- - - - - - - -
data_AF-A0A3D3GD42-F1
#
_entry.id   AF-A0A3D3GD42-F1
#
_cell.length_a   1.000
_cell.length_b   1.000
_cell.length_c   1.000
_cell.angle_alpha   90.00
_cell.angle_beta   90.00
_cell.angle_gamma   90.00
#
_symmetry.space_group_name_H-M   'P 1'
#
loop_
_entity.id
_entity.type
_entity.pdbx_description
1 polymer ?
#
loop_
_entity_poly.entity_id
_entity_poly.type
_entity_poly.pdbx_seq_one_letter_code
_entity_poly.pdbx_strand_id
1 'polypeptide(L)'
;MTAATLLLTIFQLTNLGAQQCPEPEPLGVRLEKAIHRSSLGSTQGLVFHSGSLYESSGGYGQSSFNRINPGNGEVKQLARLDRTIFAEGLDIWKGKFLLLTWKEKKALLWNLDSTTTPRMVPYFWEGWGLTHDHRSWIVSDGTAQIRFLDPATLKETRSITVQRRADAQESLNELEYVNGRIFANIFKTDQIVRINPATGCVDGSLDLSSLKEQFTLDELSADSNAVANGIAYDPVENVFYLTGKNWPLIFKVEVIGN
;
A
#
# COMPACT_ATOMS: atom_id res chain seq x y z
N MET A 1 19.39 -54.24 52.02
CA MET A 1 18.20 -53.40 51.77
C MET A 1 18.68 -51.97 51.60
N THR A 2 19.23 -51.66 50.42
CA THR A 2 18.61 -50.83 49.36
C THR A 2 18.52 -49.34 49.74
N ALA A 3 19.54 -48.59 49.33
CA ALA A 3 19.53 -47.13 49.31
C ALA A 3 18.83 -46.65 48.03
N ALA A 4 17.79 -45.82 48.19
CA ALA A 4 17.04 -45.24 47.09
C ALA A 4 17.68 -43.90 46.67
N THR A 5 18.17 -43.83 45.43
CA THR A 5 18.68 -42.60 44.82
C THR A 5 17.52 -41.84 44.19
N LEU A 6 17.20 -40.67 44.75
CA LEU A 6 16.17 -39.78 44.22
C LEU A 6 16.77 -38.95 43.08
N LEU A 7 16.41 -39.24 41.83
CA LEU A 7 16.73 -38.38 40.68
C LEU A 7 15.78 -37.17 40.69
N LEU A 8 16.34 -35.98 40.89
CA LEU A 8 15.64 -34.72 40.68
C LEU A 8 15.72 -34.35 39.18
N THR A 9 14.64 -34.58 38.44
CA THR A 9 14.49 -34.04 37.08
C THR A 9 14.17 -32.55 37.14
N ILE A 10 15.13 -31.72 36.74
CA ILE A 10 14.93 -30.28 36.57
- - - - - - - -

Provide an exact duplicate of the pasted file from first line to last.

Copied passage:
data_AF-A0A3D3GD42-F1
#
_entry.id   AF-A0A3D3GD42-F1
#
_cell.length_a   1.000
_cell.length_b   1.000
_cell.length_c   1.000
_cell.angle_alpha   90.00
_cell.angle_beta   90.00
_cell.angle_gamma   90.00
#
_symmetry.space_group_name_H-M   'P 1'
#
loop_
_entity.id
_entity.type
_entity.pdbx_description
1 polymer ?
#
loop_
_entity_poly.entity_id
_entity_poly.type
_entity_poly.pdbx_seq_one_letter_code
_entity_poly.pdbx_strand_id
1 'polypeptide(L)'
;MTAATLLLTIFQLTNLGAQQCPEPEPLGVRLEKAIHRSSLGSTQGLVFHSGSLYESSGGYGQSSFNRINPGNGEVKQLARLDRTIFAEGLDIWKGKFLLLTWKEKKALLWNLDSTTTPRMVPYFWEGWGLTHDHRSWIVSDGTAQIRFLDPATLKETRSITVQRRADAQESLNELEYVNGRIFANIFKTDQIVRINPATGCVDGSLDLSSLKEQFTLDELSADSNAVANGIAYDPVENVFYLTGKNWPLIFKVEVIGN
;
A
#
# COMPACT_ATOMS: atom_id res chain seq x y z
N MET A 1 19.39 -54.24 52.02
CA MET A 1 18.20 -53.40 51.77
C MET A 1 18.68 -51.97 51.60
N THR A 2 19.23 -51.66 50.42
CA THR A 2 18.61 -50.83 49.36
C THR A 2 18.52 -49.34 49.74
N ALA A 3 19.54 -48.59 49.33
CA ALA A 3 19.53 -47.13 49.31
C ALA A 3 18.83 -46.65 48.03
N ALA A 4 17.79 -45.82 48.19
CA ALA A 4 17.04 -45.24 47.09
C ALA A 4 17.68 -43.90 46.67
N THR A 5 18.17 -43.83 45.43
CA THR A 5 18.68 -42.60 44.82
C THR A 5 17.52 -41.84 44.19
N LEU A 6 17.20 -40.67 44.75
CA LEU A 6 16.17 -39.78 44.22
C LEU A 6 16.77 -38.95 43.08
N LEU A 7 16.41 -39.24 41.83
CA LEU A 7 16.73 -38.38 40.68
C LEU A 7 15.78 -37.17 40.69
N LEU A 8 16.34 -35.98 40.89
CA LEU A 8 15.64 -34.72 40.68
C LEU A 8 15.72 -34.35 39.18
N THR A 9 14.64 -34.58 38.44
CA THR A 9 14.49 -34.04 37.08
C THR A 9 14.17 -32.55 37.14
N ILE A 10 15.13 -31.72 36.74
CA ILE A 10 14.93 -30.28 36.57